Seattle Public Schools Enrollment and Immigration. Natasha M. Rivers, PhD. Table of Contents

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1 Seattle Public Schools Enrollment and Immigration Natasha M. Rivers, PhD Table of Contents 1. Introduction: What s been happening with Enrollment in Seattle Public Schools? p Public School Enrollment in the Nation p Washington State Public School Enrollment p Seattle Public Schools and ELL Enrollment p Implications and Policy Recommendations p Works Cited p Appendix p.18

2 Seattle Public Schools Enrollment and Immigration INTRODUCTION What s been happening with Enrollment in Seattle Public Schools? The bar chart below displays SPS total K-12 student enrollment for 2004 through In 2004, 46,416 students were enrolled, the fewest since Enrollment seemed to level off around 46,000 until 2006, 2007, and 2008 when enrollment dropped below 46,000 students. In 2010, 47,008 students were enrolled, the most since 1999 and Since 2010, enrollment has steadily increased each year. In , SPS total K-12 enrollment was higher than the previous year, while the Kindergarten enrollment declined when compared to last year. The official headcount for the school year is 51,988. 2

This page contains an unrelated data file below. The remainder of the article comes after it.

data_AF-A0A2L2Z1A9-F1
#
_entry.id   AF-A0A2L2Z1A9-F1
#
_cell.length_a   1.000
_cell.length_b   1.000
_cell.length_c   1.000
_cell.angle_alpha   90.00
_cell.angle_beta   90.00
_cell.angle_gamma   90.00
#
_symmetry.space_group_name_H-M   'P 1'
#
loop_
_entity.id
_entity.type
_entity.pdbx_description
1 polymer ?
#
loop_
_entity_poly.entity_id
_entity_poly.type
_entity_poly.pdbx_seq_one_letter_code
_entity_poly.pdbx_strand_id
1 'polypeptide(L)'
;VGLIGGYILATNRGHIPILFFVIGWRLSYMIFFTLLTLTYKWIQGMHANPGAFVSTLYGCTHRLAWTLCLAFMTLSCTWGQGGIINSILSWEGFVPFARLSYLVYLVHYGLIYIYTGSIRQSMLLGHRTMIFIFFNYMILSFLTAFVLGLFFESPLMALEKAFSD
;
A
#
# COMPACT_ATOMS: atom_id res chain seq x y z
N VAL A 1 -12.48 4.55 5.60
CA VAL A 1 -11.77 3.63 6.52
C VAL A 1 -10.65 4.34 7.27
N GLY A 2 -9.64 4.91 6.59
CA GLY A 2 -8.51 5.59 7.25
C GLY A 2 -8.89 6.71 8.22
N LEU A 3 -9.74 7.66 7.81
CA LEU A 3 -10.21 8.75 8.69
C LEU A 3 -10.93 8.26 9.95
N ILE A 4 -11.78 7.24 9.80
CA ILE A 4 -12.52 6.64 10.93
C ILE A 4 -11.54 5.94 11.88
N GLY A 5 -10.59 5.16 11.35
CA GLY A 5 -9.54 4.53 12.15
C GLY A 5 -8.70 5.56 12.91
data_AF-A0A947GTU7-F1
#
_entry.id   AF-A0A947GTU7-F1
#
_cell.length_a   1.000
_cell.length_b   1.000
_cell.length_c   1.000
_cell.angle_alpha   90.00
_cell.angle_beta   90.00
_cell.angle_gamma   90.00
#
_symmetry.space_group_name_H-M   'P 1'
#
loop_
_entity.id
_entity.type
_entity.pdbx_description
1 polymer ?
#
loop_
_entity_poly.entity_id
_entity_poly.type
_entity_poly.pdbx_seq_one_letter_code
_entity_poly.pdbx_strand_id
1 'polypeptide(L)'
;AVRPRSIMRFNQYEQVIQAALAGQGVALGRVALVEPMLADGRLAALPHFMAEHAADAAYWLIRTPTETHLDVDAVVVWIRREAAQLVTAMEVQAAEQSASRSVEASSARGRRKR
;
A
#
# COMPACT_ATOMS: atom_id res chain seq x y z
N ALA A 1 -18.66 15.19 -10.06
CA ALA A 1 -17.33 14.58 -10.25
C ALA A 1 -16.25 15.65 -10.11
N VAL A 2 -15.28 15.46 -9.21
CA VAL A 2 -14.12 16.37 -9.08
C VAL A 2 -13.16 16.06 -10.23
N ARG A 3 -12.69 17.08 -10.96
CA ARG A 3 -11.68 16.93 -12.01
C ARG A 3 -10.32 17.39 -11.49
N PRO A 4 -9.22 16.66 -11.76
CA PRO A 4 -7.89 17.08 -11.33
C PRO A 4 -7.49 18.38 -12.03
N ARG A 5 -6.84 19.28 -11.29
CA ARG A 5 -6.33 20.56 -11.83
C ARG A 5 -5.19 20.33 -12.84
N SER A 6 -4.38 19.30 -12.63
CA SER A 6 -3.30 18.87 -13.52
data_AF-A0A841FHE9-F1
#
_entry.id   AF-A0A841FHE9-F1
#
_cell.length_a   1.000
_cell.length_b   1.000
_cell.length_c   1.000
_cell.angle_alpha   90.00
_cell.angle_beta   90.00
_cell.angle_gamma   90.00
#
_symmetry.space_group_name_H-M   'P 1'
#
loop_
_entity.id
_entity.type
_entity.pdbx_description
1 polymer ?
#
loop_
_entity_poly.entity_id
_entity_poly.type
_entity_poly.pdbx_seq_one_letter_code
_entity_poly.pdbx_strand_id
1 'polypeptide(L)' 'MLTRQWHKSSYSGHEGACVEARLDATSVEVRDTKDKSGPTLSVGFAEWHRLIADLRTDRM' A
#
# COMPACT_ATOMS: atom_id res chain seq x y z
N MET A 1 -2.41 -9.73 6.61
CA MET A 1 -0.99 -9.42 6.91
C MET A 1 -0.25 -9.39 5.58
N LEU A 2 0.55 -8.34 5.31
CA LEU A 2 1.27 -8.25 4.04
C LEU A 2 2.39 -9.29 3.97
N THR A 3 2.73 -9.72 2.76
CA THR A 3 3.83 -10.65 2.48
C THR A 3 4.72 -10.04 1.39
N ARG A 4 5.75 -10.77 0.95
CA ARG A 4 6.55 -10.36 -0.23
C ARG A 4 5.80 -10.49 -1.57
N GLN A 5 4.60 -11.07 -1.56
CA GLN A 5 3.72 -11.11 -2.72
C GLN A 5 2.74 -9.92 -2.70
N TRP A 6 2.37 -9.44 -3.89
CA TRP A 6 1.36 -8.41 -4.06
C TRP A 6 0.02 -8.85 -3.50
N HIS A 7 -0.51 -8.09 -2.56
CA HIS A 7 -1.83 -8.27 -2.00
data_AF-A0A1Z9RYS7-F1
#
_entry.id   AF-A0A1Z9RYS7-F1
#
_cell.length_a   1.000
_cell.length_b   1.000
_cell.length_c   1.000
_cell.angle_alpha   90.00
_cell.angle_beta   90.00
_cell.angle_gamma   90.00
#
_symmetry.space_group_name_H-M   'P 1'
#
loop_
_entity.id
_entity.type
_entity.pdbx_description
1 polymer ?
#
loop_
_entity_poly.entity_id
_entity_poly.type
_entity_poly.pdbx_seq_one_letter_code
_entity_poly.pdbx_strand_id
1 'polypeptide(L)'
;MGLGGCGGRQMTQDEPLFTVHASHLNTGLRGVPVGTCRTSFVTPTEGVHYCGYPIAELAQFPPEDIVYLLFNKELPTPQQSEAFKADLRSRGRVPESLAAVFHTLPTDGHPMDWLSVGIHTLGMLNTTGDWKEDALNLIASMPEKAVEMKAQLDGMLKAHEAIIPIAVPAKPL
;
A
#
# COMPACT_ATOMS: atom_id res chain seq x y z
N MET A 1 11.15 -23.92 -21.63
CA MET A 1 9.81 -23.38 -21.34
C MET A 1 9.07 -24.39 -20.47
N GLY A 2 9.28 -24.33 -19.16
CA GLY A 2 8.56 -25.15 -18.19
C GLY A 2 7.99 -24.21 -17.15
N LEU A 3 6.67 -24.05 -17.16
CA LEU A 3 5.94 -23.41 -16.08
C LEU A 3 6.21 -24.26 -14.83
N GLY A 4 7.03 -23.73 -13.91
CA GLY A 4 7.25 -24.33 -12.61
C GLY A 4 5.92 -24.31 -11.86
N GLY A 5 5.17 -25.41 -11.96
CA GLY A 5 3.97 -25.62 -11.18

3 Other Important Trends: Elementary enrollment has been increasing since , and is projected to continue to grow. Note: Enrollment Planning assesses the birth to kindergarten ratios and incoming kindergarten classes compared to previous years. Middle school enrollment began growing in 2010, and was projected to add 600 students in five years, and more than 1,000 in 10 years. High school enrollment, after declining for the last few years, was expected to continue declining until , when it will begin growing again as the current larger cohorts of elementary students move into high school. Purpose of Report: Seattle is experiencing a similar enrollment situation compared to other big cities in the nation. This report will focus on how immigration plays an important role for understanding and tracking trends for national public school enrollment, Washington state public school enrollment, and more specifically, Seattle Public Schools enrollment. 3